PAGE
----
Better remembered in the markets was Zyuzin’s refusal to appear at a meeting of steelmakers called by Prime Minister Vladimir Putin in July of 2008 when Putin was trying to roll back rising prices of steel and coking-coal. In the two days following Putin’s threat to initiate criminal proceedings against Zyuzin for transfer pricing of coal exports (at one-quarter of the domestic level), Mechel’s share price fell from $35.51 to $16.49.

Zyuzin has been on his best behaviour ever since, and has been rewarded with state-backed bond financing for his Sakha coalmine projects, as well as federal and regional authorizations to take over the bankrupt steelmills of Vadim Varshavsky. A year ago, on July 26, 2010, Putin visited Chelyabinsk and issued Zyuzin with a public absolution. “I can only regret,” Putin said of his remarks in July 2008, “that this caused the company’s capitalisation to fall by 20%, if I am not mistaken. Anyway, Mr Zyuzin, I want to thank you for everything you did and your continued respect for domestic consumers and Russian law.”

Putin may have wanted to bury his hatchet, but US shareholders in Mechel have continued a class-action lawsuit against the company for the violations Putin had identified and the equity value losses the US investors suffered as a consequence. The case was still pending, without judgement from the federal US District Court in New York (Southern District), when Mechel filed its annual report for last year on May 9, 2011. American jurisdiction holds because Mechel has been listed on the New York Stock Exchange since 2003, and is subject to the US Securities and Exchange Commission (SEC) and its regulations.

A year is a long time in Russian politics, and last week the lights appear to have started flashing red again inside Russia. An armed police raid occurred on July 6 at Mechel’s Chelyabinsk steel mill (ChMK), ostensibly in pursuit of evidence in a federal government tax claim. Mechel has acknowledged that the gunmen were accompanying tax inspectors conducting an audit for 2008-2009. Spokesman for Mechel, Yekaterina Videman, told CRU Steel News “the tax authority is carrying out a scheduled field inspection of ChMK. As part of the activities in accordance with the Tax Code, a variety of measures of fiscal control is being carried out – discovery of documents, interviewing the staff, viewing the area, scheduling of an expert evaluation, etc. On July 6, 2011 the tax authority carried out inspection of several plant shops. As the representatives of the tax authority said, the special police unit was present to ensure the physical security of the inspectors (as provided by law). There was no real need for the presence of the special police unit because the employees of ChMK did not, nor were going to, resist the inspection of the plant territory. All the representatives of state agencies were admitted to the plant.”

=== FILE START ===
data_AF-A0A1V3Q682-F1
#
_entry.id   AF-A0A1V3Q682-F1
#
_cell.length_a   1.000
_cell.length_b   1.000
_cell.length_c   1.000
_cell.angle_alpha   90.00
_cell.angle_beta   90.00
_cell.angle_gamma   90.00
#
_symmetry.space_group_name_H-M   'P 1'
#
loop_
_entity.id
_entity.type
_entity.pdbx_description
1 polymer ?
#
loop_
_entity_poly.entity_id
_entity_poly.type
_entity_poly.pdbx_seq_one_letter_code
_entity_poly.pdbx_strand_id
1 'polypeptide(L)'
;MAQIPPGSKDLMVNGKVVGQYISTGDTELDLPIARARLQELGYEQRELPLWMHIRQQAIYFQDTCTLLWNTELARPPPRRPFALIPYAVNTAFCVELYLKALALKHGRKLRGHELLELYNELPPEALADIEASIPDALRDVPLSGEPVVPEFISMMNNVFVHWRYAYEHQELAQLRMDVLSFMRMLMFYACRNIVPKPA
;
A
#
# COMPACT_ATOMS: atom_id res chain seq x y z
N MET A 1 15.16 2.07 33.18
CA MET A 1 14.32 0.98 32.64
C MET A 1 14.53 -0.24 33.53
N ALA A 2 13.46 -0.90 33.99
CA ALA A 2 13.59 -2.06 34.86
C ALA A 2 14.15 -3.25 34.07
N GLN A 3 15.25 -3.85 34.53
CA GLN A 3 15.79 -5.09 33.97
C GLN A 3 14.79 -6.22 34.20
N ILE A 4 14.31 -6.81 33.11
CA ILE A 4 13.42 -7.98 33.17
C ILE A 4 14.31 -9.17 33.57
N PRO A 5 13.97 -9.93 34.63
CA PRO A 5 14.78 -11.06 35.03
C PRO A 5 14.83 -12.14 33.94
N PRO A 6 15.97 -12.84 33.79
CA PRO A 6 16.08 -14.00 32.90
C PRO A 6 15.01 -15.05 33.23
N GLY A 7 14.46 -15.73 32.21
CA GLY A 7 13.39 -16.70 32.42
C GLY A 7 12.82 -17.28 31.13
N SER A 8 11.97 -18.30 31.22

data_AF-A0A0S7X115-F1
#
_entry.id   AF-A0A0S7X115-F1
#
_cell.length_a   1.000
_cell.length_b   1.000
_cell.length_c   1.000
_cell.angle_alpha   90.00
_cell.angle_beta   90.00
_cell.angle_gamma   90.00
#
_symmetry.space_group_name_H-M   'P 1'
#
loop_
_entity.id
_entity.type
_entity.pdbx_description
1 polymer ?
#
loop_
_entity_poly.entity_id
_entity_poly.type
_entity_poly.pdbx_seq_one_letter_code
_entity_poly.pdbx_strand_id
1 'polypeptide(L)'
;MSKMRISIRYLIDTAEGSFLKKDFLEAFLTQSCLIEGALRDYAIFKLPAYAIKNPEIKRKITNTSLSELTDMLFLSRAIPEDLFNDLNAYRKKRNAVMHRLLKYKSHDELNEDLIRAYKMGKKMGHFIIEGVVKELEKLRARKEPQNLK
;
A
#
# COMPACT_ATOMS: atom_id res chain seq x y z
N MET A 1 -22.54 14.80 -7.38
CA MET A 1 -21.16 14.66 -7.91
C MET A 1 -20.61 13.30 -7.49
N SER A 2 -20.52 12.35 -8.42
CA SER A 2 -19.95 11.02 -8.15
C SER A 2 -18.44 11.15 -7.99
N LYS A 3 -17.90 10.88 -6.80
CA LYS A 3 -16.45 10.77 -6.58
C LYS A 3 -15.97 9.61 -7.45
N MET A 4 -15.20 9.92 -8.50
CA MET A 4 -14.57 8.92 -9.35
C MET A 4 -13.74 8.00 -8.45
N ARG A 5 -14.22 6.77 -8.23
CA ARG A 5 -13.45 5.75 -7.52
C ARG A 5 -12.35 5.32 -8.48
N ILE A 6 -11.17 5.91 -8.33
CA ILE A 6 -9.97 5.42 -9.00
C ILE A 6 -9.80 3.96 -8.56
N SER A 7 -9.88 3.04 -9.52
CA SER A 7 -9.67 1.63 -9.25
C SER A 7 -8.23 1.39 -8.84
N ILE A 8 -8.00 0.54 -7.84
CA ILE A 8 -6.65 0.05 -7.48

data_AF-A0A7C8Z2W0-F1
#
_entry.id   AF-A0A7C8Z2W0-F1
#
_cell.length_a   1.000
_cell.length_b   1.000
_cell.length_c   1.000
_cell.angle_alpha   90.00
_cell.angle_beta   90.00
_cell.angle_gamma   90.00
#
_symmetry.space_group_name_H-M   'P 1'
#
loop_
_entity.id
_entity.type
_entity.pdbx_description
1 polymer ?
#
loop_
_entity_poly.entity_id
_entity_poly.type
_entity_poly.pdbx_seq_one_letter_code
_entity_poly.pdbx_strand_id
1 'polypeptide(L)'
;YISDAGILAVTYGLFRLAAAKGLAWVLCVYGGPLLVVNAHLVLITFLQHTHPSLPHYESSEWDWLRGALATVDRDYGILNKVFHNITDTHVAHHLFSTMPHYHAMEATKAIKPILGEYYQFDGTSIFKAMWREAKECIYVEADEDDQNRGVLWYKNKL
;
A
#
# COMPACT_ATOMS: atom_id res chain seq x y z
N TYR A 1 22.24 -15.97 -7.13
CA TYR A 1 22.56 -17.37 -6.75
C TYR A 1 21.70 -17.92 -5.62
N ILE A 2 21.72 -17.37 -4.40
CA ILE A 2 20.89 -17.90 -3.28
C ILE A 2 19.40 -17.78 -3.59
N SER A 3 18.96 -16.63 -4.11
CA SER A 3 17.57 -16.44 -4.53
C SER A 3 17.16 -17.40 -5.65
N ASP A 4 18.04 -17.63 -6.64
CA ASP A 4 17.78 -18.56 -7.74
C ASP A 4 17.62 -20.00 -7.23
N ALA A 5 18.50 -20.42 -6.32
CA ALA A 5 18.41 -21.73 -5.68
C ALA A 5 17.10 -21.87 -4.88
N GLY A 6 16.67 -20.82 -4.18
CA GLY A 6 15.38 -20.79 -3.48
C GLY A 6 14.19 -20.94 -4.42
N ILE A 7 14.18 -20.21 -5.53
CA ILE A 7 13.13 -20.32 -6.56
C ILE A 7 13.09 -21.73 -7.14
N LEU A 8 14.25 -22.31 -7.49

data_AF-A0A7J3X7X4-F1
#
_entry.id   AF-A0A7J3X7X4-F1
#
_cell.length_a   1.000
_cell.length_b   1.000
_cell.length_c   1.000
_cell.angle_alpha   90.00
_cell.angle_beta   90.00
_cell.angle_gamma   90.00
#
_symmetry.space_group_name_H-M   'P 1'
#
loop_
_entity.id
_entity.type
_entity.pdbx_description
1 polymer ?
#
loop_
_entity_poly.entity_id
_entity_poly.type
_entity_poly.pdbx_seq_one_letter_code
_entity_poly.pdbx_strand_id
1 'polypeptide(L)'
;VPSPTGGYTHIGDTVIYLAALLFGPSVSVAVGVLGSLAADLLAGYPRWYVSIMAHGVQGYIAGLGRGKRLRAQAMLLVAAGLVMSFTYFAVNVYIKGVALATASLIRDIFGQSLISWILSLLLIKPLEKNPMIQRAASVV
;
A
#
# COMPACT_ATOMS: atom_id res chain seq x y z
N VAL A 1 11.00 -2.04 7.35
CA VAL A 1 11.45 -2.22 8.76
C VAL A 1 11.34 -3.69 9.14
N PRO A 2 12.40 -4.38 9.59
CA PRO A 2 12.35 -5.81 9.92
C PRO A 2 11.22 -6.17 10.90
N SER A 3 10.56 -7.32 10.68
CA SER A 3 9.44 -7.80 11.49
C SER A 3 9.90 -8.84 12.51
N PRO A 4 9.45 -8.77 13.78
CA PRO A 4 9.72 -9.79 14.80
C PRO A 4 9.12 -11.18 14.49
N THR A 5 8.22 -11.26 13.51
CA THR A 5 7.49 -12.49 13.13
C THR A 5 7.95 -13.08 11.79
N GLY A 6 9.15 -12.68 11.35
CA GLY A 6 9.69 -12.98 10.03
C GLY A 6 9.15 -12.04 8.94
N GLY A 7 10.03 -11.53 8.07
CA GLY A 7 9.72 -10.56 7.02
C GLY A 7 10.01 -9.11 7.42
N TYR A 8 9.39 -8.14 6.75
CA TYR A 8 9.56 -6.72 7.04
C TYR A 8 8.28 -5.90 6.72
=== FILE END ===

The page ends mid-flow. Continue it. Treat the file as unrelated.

These events could be nothing more than disgruntlement on the part of the tax men in their three-year battle in the domestic courts against ChMK. That litigation has focused on rebates of value added tax claimed by ChMK but not repaid by the tax authority. Last year, the sums involved in the court claims went as high as Rb33 million ($1.1 million). But the court rulings have generally gone in ChMK’s favour against the Federal Tax Service.

US investors in Mechel have expressed concern before that in his 8-year listing record, Zyuzin has made much less disclosure than would be required by US regulators if Mechel were domiciled in the US, as well as listed there. Since Zyuzin ran up more than $5 billion in debt at the crash of 2008, Zyzuzin has undertaken a number of transactions without making clear what the cost and risk to shareholders may be. In 2009 Zyuzin’s reports to the SEC acknowledged that in the aftermath of the crash, the company violated many of its loan covenants, particularly the required debt to earnings ratio. Since then it is unclear how further asset acquisitions by Mechel and Zyuzin have been paid for and agreed with the lenders.

But is it likely that the New York or London Stock Exchanges, the US or UK regulators, will allow Zyuzin to raise his leverage even higher than it was at the crash of 2008, and reward him with a rising share price for both Mechel and Mechel Mining? The answer to that is – do you believe in miracles?